The UN's International Labor Organization released its annual "World of Work" (PDF) report today, and boy are the results depressing.
The employment rate won't return to pre-crisis levels in emerging markets until 2015, while advanced economies will have to wait until 2017 for their work woes to end. But even then, the number of unemployed people is still set to grow 4% to 208 million in 2015. How can the employment rate and unemployment levels rise simultaneously? Because the unemployed are dropping out of the work force: In more than half of the countries surveyed, labor force participation declined largely due to discouraged workers giving up the job hunt.
Perhaps worse: job quality is worsening around the globe, even where the unemployment rate is falling. The study's researcher made the chart below to compare "job quality," measured by average wages, benefits and hours worked, and job creation, between 2007 and 2011. Basically, the place to be is in the top right quadrant (where countries are creating more and better jobs) and not the bottom left (where economies are creating fewer, worse jobs):
Worth noting: for most advanced economies, the new jobs being created are of lower quality, with the exceptions of countries like South Korea, Norway and Poland. The United States has fewer jobs, but is creating better ones--a finding that reflects growing inequality in the U.S. The emerging markets, on the other hand, are finding it easier to create more and better jobs because they're starting from a low base. (In other words, it's easy to improve job quality in a country where most people make less than $10 a day; it's much harder in a country where the median income is $50,000 per year.)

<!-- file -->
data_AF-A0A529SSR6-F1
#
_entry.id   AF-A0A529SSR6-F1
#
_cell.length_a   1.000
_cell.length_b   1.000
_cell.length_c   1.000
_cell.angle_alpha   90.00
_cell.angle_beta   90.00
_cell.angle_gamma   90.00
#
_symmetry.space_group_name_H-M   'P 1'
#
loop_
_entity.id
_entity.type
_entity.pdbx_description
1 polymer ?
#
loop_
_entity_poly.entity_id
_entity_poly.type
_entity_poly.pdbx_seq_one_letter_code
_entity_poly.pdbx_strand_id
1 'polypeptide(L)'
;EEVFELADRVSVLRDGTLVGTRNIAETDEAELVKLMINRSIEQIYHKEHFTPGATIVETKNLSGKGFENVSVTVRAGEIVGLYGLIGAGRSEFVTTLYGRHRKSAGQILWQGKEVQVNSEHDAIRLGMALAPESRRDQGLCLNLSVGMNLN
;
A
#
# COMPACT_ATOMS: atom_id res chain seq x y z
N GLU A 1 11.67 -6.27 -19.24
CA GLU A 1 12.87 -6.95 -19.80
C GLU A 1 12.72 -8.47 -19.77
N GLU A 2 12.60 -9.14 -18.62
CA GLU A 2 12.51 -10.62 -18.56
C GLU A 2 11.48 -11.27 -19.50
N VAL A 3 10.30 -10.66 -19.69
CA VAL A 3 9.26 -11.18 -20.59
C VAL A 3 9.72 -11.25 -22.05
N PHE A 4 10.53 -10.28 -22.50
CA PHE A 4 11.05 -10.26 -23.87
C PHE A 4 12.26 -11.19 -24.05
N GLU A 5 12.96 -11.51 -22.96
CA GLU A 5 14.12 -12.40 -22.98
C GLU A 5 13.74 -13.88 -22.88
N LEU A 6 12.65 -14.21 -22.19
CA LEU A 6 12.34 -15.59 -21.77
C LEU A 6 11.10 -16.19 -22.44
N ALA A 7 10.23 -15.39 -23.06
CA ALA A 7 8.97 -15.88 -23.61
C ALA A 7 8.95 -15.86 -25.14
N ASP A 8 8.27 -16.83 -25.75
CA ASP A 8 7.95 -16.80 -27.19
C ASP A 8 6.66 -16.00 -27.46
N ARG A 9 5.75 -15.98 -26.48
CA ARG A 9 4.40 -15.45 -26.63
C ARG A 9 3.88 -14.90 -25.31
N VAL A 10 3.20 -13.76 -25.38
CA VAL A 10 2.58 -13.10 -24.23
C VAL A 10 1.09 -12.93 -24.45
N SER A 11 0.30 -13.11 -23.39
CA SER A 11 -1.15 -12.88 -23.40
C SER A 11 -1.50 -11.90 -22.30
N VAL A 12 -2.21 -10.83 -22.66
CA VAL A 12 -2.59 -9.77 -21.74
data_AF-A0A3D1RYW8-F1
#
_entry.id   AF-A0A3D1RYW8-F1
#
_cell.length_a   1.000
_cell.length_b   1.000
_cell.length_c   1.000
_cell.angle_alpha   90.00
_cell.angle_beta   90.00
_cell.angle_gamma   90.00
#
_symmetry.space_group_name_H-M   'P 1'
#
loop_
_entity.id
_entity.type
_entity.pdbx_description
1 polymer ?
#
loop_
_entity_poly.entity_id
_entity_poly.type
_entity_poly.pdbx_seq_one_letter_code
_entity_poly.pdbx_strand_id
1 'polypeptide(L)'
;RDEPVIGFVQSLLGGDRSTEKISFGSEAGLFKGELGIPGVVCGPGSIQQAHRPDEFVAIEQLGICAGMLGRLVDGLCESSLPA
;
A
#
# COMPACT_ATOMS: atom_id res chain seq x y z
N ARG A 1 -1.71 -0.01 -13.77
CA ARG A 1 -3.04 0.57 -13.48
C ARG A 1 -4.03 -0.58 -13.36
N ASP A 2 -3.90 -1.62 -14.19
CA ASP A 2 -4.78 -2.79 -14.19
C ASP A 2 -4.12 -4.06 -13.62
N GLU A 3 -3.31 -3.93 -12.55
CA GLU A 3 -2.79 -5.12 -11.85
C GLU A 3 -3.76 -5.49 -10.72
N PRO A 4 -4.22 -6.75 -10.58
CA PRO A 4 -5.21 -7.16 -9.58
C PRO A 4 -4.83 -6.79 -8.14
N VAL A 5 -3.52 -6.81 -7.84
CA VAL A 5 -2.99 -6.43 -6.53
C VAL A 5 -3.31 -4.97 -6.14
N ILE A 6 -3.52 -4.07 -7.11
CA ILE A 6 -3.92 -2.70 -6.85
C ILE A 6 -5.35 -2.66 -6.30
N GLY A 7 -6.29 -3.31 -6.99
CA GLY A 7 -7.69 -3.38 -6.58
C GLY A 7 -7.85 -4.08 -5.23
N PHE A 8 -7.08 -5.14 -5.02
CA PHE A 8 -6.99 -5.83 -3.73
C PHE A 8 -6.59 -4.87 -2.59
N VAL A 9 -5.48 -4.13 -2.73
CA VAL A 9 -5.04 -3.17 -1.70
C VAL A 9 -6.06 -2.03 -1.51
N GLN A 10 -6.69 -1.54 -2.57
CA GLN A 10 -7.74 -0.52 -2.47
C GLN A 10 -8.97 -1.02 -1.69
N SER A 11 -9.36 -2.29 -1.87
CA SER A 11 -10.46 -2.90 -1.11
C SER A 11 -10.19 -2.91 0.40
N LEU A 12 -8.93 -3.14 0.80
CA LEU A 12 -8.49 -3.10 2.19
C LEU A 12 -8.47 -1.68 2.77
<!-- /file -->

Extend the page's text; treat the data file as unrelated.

An example of how advanced economies are creating more low-quality jobs? In Germany, the Hartz labor reforms created something called the "minijob," a part-time, wage-limited gig that's better than being unemployed, but worse than a good job:
Kemalettin Tunç, 40, an immigrant from Turkey, said he recently lost his job at a Mercedes factory in Bremen. For now, Mr. Tunç has a minijob as a taxi driver, earning €5 euros an hour. But he is confident his work experience will allow him to quickly find a new job. Still, the "job market is kaput," he said, because "you earn little money."
Based on the report, the trend in a boon for the wealthy. Top incomes in advanced countries have resumed their upward trend.
Meanwhile, the middle class is shrinking due to the growing disparity between higher and lower incomes, which exacerbates overall inequality:
And why does that matter?
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